Archive for the ‘Environment’ Category

The Pantry

It was a productive Saturday!

I spent Saturday cleaning out my bedroom and kitchen. I sorted out clothes I haven’t worn for two years to give to charity, and a few nice pieces to pass on to a person who has lost a huge amount of weight and some pieces in my “in case I lose weight” pile might fit her.

The reason it is important to clean out my bedroom closets – aside from the fact that last time I went out it took me over an hour of trying on clothes to find something that looked good and fit – is that I have food stored in one of the closets. I have 20 pounds of rice, and sealed containers of flour and sugar and extra bottles of water, jars of jellies and stored in there, and I needed to rotate some of this.

The next order of business was cleaning out my pantry. Now, I am fortunate that I have a fairly large pantry with deep shelves for food. I do not have a walk-in pantry, as a friend of mine does, but, alas, we do what we can. I have put in additional shelves so I can make the most out of the space I have available.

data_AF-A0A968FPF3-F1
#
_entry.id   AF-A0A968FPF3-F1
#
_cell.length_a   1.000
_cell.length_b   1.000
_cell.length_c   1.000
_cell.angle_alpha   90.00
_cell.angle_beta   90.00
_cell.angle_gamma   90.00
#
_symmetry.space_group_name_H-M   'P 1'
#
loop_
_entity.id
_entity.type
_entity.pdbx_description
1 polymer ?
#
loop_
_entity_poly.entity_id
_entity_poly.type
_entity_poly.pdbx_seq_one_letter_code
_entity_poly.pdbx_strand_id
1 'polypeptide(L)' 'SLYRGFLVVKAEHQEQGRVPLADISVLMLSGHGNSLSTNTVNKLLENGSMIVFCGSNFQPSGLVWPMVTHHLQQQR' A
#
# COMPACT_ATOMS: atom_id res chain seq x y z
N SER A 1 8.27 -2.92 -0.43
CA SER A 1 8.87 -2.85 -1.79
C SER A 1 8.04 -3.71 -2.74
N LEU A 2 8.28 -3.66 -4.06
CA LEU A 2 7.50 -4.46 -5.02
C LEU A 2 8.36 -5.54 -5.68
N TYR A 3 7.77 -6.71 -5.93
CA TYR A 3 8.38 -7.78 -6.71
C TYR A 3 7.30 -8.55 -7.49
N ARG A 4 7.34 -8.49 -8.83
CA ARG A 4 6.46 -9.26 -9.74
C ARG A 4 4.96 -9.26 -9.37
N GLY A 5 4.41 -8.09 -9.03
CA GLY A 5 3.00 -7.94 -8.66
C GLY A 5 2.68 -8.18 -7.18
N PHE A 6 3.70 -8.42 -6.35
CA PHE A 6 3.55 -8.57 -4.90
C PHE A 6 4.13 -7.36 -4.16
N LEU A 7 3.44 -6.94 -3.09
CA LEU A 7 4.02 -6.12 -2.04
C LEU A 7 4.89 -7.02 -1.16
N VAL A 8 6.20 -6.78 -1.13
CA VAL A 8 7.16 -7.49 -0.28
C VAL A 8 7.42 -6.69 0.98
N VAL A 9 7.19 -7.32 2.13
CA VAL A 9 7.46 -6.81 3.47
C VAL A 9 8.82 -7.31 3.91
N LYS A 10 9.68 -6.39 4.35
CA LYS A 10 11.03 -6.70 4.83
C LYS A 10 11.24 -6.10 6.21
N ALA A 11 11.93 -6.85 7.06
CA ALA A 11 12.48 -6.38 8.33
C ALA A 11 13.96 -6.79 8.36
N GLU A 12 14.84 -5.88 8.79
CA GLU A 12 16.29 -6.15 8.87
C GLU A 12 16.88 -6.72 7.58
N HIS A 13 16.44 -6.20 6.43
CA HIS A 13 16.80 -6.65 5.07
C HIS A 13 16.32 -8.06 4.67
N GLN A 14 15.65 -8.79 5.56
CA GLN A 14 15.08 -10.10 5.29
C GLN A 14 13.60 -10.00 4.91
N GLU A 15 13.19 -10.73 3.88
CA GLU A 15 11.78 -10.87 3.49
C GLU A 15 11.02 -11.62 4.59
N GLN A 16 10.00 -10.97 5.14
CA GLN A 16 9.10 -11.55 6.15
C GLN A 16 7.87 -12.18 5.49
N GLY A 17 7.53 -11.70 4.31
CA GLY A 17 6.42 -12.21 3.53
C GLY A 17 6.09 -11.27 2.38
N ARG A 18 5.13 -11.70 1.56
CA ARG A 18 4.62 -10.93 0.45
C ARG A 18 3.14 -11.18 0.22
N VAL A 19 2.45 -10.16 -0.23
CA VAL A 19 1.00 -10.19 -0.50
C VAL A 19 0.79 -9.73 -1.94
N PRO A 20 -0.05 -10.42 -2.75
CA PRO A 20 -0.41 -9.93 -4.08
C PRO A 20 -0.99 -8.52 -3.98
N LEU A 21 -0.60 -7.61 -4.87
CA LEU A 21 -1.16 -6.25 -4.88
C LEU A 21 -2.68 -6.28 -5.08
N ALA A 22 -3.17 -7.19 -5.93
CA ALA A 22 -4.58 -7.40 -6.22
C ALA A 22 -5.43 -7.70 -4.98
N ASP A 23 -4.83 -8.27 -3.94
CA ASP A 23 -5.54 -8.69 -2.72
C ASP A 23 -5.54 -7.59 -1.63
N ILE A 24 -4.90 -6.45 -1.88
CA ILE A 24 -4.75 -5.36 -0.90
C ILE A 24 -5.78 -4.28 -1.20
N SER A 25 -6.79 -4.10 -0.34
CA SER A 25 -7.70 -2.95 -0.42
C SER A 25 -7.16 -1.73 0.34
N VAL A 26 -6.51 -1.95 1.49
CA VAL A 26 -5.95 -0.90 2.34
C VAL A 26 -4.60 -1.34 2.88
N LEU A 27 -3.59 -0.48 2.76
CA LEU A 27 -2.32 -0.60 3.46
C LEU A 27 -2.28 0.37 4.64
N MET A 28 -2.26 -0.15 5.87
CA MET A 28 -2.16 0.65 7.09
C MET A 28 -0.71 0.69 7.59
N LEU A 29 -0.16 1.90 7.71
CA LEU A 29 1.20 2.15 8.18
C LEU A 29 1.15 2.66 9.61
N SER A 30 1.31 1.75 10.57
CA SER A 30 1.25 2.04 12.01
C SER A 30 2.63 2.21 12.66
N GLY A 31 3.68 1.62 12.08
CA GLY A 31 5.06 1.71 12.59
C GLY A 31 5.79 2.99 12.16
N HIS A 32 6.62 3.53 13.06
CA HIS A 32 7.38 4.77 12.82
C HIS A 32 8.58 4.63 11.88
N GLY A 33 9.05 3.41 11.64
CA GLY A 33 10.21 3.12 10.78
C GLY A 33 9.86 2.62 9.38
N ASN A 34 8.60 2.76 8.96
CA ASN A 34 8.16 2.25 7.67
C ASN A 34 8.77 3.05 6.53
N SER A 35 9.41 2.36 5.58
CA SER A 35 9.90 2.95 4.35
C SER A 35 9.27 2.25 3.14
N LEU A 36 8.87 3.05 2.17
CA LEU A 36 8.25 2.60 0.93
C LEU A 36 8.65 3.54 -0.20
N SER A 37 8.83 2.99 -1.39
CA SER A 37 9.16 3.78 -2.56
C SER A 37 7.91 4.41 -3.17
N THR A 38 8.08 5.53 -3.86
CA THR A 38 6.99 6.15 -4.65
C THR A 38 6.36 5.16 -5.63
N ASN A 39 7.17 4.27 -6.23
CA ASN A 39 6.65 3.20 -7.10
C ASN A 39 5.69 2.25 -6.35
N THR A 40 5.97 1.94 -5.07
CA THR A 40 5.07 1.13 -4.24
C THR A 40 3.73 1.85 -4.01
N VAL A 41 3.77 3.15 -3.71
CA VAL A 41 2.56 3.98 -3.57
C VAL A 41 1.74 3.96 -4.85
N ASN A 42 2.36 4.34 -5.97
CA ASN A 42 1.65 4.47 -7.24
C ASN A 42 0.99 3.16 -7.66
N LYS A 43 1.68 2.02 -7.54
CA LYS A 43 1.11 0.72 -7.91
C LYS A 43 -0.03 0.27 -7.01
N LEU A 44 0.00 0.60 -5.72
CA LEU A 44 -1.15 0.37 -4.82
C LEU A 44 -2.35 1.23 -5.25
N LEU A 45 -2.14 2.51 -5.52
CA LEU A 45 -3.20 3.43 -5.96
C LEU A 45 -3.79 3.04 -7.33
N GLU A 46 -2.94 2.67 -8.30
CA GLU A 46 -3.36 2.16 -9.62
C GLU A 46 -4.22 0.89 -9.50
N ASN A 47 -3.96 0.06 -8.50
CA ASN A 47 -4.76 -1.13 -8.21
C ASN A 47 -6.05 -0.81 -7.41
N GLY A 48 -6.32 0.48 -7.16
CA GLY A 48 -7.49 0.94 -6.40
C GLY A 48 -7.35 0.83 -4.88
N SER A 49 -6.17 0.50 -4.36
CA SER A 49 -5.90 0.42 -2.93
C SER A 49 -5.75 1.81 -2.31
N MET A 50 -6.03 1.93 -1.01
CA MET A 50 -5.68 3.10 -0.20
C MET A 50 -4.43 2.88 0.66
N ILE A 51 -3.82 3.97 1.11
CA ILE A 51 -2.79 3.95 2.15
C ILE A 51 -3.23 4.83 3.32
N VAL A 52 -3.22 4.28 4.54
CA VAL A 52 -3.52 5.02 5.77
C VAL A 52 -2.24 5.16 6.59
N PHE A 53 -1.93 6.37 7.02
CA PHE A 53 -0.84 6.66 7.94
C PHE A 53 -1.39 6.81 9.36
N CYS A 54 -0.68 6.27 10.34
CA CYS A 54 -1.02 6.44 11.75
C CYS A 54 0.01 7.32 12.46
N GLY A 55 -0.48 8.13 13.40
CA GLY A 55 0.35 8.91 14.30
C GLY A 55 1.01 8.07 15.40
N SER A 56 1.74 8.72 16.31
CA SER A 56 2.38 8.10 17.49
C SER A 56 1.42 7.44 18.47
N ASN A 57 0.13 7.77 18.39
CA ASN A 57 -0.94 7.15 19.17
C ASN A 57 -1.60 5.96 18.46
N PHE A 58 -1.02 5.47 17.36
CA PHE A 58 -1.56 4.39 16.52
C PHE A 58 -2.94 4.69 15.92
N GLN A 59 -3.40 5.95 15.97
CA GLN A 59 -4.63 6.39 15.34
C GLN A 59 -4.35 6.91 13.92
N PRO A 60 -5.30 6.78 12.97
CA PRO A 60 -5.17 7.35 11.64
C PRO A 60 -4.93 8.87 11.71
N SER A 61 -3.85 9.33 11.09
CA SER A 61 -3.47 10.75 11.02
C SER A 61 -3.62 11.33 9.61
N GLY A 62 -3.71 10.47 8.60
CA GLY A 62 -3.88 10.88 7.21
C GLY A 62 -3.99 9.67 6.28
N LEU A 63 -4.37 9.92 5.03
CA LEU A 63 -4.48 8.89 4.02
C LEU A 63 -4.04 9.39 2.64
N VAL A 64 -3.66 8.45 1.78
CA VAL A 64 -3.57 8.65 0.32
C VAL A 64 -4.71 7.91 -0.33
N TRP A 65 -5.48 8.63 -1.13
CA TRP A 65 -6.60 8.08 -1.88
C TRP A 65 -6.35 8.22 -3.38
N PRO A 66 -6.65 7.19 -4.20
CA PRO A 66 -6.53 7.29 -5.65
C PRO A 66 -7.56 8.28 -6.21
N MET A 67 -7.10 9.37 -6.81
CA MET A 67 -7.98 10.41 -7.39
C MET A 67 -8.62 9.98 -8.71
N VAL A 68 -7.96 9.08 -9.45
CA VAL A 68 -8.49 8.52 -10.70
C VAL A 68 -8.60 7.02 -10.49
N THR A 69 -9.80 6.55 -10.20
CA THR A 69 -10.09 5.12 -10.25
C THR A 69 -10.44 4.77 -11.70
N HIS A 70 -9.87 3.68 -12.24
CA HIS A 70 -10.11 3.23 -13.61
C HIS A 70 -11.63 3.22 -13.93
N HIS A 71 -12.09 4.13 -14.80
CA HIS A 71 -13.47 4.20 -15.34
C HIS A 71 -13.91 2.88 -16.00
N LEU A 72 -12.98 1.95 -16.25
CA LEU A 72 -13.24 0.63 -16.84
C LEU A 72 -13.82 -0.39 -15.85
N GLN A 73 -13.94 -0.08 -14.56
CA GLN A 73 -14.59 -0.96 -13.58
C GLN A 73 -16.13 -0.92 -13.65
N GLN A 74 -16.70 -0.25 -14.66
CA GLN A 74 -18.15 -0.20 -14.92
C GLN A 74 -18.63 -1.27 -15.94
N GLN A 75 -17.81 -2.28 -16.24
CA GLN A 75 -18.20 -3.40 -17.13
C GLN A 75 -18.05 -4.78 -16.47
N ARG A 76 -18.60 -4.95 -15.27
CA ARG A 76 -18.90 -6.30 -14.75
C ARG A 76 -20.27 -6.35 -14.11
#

Shelf by shelf I went through my pantry and threw away items that had expired. One that had never been opened but had expired in 2005, one a box of pancake mix that had expired in 2007 and something that did not have an expiration date on it, but it didn’t look quite “normal.” Also to go, a bag of sugar that never made it into a sealed container and had formed itself into a rock.

Then I placed like items together. The higher shelf had “baking” items on it. Things like sugar, flour, corn meal, brown sugar, oils, boxed brownie mix (I know, bad for me, but I love chocolate and it is easy to make) and my back-up coffee (mostly because there was space and it is not something I grab on a regular basis.)